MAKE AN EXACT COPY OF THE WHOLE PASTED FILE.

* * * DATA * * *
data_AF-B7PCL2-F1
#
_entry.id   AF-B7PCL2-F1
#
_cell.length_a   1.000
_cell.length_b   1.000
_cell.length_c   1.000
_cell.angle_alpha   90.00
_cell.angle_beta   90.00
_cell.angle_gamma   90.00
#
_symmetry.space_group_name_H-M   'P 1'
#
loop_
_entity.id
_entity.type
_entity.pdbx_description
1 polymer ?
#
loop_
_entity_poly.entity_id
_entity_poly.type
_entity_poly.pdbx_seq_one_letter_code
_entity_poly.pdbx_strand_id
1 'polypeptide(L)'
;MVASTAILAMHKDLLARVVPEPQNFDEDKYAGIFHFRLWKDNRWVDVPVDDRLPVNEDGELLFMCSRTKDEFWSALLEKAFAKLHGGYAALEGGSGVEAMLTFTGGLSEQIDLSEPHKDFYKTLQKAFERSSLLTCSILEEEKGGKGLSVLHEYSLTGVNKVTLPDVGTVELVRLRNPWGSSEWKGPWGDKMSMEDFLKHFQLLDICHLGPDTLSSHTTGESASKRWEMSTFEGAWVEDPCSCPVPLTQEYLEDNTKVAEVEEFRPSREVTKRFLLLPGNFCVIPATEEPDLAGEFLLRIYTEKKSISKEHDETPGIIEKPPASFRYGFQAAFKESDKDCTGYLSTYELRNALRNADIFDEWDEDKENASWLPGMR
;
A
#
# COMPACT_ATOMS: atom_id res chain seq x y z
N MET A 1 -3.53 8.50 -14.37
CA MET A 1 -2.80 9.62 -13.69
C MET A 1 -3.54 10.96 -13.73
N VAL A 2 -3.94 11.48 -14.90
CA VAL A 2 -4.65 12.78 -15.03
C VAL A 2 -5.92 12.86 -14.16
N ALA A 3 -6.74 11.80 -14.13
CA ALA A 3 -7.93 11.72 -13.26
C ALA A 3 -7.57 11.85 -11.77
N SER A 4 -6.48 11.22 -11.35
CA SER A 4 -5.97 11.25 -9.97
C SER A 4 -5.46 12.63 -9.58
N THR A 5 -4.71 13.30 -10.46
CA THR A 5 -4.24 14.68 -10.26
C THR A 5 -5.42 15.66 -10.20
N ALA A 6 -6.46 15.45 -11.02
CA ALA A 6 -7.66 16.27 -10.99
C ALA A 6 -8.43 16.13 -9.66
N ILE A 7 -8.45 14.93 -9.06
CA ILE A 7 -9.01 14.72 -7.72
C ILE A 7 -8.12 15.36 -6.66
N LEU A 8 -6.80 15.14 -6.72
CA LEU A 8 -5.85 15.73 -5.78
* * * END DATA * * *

data_AF-B7PCL2-F1
#
_entry.id   AF-B7PCL2-F1
#
_cell.length_a   1.000
_cell.length_b   1.000
_cell.length_c   1.000
_cell.angle_alpha   90.00
_cell.angle_beta   90.00
_cell.angle_gamma   90.00
#
_symmetry.space_group_name_H-M   'P 1'
#
loop_
_entity.id
_entity.type
_entity.pdbx_description
1 polymer ?
#
loop_
_entity_poly.entity_id
_entity_poly.type
_entity_poly.pdbx_seq_one_letter_code
_entity_poly.pdbx_strand_id
1 'polypeptide(L)'
;MVASTAILAMHKDLLARVVPEPQNFDEDKYAGIFHFRLWKDNRWVDVPVDDRLPVNEDGELLFMCSRTKDEFWSALLEKAFAKLHGGYAALEGGSGVEAMLTFTGGLSEQIDLSEPHKDFYKTLQKAFERSSLLTCSILEEEKGGKGLSVLHEYSLTGVNKVTLPDVGTVELVRLRNPWGSSEWKGPWGDKMSMEDFLKHFQLLDICHLGPDTLSSHTTGESASKRWEMSTFEGAWVEDPCSCPVPLTQEYLEDNTKVAEVEEFRPSREVTKRFLLLPGNFCVIPATEEPDLAGEFLLRIYTEKKSISKEHDETPGIIEKPPASFRYGFQAAFKESDKDCTGYLSTYELRNALRNADIFDEWDEDKENASWLPGMR
;
A
#
# COMPACT_ATOMS: atom_id res chain seq x y z
N MET A 1 -3.53 8.50 -14.37
CA MET A 1 -2.80 9.62 -13.69
C MET A 1 -3.54 10.96 -13.73
N VAL A 2 -3.94 11.48 -14.90
CA VAL A 2 -4.65 12.78 -15.03
C VAL A 2 -5.92 12.86 -14.16
N ALA A 3 -6.74 11.80 -14.13
CA ALA A 3 -7.93 11.72 -13.26
C ALA A 3 -7.57 11.85 -11.77
N SER A 4 -6.48 11.22 -11.35
CA SER A 4 -5.97 11.25 -9.97
C SER A 4 -5.46 12.63 -9.58
N THR A 5 -4.71 13.30 -10.46
CA THR A 5 -4.24 14.68 -10.26
C THR A 5 -5.42 15.66 -10.20
N ALA A 6 -6.46 15.45 -11.02
CA ALA A 6 -7.66 16.27 -10.99
C ALA A 6 -8.43 16.13 -9.66
N ILE A 7 -8.45 14.93 -9.06
CA ILE A 7 -9.01 14.72 -7.72
C ILE A 7 -8.12 15.36 -6.66
N LEU A 8 -6.80 15.14 -6.72
CA LEU A 8 -5.85 15.73 -5.78